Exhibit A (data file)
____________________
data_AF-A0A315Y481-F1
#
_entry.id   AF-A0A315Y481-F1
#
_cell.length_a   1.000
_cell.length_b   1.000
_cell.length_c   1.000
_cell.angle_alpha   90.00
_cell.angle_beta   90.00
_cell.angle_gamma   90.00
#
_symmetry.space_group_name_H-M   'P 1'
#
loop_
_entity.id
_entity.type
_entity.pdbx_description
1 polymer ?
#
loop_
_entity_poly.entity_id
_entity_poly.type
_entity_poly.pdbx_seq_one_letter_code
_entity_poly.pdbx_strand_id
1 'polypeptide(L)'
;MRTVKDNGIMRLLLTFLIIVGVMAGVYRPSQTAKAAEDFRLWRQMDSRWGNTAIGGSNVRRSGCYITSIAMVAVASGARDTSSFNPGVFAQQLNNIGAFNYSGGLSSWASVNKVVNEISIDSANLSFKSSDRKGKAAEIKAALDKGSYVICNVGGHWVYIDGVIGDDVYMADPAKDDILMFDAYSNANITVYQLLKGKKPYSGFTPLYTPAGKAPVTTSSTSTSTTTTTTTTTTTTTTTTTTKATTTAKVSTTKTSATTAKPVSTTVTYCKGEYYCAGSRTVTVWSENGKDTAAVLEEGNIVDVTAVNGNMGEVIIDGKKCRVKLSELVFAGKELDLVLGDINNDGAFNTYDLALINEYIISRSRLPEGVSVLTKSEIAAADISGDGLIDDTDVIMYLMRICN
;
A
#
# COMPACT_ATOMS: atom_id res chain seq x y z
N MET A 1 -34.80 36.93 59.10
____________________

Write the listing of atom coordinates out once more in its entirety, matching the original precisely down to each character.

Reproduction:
data_AF-A0A315Y481-F1
#
_entry.id   AF-A0A315Y481-F1
#
_cell.length_a   1.000
_cell.length_b   1.000
_cell.length_c   1.000
_cell.angle_alpha   90.00
_cell.angle_beta   90.00
_cell.angle_gamma   90.00
#
_symmetry.space_group_name_H-M   'P 1'
#
loop_
_entity.id
_entity.type
_entity.pdbx_description
1 polymer ?
#
loop_
_entity_poly.entity_id
_entity_poly.type
_entity_poly.pdbx_seq_one_letter_code
_entity_poly.pdbx_strand_id
1 'polypeptide(L)'
;MRTVKDNGIMRLLLTFLIIVGVMAGVYRPSQTAKAAEDFRLWRQMDSRWGNTAIGGSNVRRSGCYITSIAMVAVASGARDTSSFNPGVFAQQLNNIGAFNYSGGLSSWASVNKVVNEISIDSANLSFKSSDRKGKAAEIKAALDKGSYVICNVGGHWVYIDGVIGDDVYMADPAKDDILMFDAYSNANITVYQLLKGKKPYSGFTPLYTPAGKAPVTTSSTSTSTTTTTTTTTTTTTTTTTTKATTTAKVSTTKTSATTAKPVSTTVTYCKGEYYCAGSRTVTVWSENGKDTAAVLEEGNIVDVTAVNGNMGEVIIDGKKCRVKLSELVFAGKELDLVLGDINNDGAFNTYDLALINEYIISRSRLPEGVSVLTKSEIAAADISGDGLIDDTDVIMYLMRICN
;
A
#
# COMPACT_ATOMS: atom_id res chain seq x y z
N MET A 1 -34.80 36.93 59.10